Funding for insurance technology startups is outpacing the sector as a whole, according to industry analysis.
So far this year, the insurtech sector, which includes companies creating new underwriting, claims, distribution and brokerage platforms, as well as enhanced insurance-specific, customer-experience offerings -- has seen 47 venture capital investment deals totaling $1 billion, compared to 74 deals totaling $2.5 billion in 2015, according to “Pulse of Fintech,” a quarterly global report from KPMG International and CB Insights that explores equity transactions to venture capital-backed financial-technology companies.
That's despite the fact that for the fintech sector as a whole, deal activity fell in Q2, hitting a five-quarter low in the United States with just 97 deals, compared to 130 in Q1. Fintech startups also saw funding decline to $1.3 billion in Q2 2016 -- compared to $2.4 billion for the same quarter last year -- and drop 24% compared to $1.7 billion in Q1. Globally, funding for fintech startups dropped 50 percent in Q2 largely as a result of declining investment in Asia, where funding to VC-backed companies dropped to just $800 million in Q2 from $2.6 billion in Q1, despite a rise in the total number of fintech deals.
“We are seeing a lot of alignment between these insurtech companies and the carriers,” says Gary Plotkin, principal of KPMG’s insurance management consulting practice. “Insurers want to be able to influence these companies and keep them out of the hands of their competitors.”
Capturing Customers via Insurtech
The list of factors driving the rise of insurtech is long, Plotkin says, including a softer market, the fact that insurers have cash to invest and the expectation that insurtech can enable them to sidestep the risk and expense associated with large-scale legacy-modernization projects. “Everybody has one every year; then they realize the cost of change and the lack of return and they stall,” Plotkin says.
Much of insurtech’s appeal is in cutting development time and speed to market while partnering with companies that already have cracked the digital code or appeal to millennials, he says. “Fundamentally, the biggest concern insurers have is the ability to capture the customer. These insurtechs offer light-weight capability to move forward. Suddenly, COOs and CIOs don’t have to go build. They can subscribe to it.”
Buy, Build or Fund
The growth trend for insurtech is supported further by traditional insurers that are creating venture capital funds to invest in insurtech manufacturers as they attempt to catch-up with banking and financial services, the report says.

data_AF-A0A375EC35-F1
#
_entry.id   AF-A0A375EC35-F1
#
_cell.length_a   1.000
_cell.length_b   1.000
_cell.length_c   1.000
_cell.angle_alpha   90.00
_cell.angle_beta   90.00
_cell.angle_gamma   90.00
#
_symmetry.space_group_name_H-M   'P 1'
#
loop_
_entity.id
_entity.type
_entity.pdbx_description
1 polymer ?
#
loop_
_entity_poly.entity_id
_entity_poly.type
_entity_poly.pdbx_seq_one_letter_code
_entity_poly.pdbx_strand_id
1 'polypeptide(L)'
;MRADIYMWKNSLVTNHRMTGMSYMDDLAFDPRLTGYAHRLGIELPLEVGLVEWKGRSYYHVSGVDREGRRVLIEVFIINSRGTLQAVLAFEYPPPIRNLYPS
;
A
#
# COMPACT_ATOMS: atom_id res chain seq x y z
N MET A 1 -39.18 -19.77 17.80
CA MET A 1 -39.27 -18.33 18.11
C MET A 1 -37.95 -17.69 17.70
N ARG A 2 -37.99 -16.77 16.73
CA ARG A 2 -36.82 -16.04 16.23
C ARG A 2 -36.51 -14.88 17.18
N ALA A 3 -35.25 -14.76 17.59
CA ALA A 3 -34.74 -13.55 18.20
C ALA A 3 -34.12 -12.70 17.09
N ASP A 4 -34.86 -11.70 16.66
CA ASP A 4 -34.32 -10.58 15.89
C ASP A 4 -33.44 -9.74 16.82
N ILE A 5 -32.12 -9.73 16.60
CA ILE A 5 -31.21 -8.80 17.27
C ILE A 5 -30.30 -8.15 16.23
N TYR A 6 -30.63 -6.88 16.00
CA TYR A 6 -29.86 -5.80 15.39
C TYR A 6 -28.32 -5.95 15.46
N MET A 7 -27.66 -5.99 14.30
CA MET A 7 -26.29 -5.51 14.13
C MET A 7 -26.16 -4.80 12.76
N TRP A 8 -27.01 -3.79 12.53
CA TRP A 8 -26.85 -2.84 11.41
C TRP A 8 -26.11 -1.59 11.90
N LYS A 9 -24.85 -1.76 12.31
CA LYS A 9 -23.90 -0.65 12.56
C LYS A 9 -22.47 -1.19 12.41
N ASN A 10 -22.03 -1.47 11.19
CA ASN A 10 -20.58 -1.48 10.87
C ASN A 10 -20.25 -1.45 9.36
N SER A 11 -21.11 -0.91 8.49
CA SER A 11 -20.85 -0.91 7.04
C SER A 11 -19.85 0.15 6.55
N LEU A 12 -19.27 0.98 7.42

“There are a number of carriers that are doing joint ventures with these firms and taking shares to see what they can do in the marketplace,” Plotkin says. “They are saying, ‘We will share our data if you help us move into this space faster.’ This allows them to expand their footprint and expand their brands to millennials and other markets. We are seeing more of that activity, particularly in the Fortune 1000 carriers.”
Another trend noted in the report is that some insurers, such as Aviva, Allianz and MetLife, are bringing fintech and other technology firms together in innovation labs or “garages” in an effort to engage customers in more meaningful ways across online and mobile platforms and improve policy-handling and claims-payment processes, the report says.
While the insurance industry has been slow to change, insurers also increasingly are working to develop proof-of-concept initiatives around analytics, wearables, the Internet of Things, blockchain and other technologies to offer more customer insights, enable more effective insurance operations and engage millennials. “I foresee a lot of activity in the P&C space because there’s an aspect of innovate or die there,” Plotkin says.
In the next couple years, Plotkin expects investment in insurance technology to significantly outweigh investments in banking and capital markets, much of which has been regulatory driven.
“Insurers have so much more room to grow,” he says. “Not only to defend their existing market space but to move into new spaces while keeping those third parties out. It’s a whole new world with new options and execs need to understand what this can mean for top-line growth before their competitors do.”
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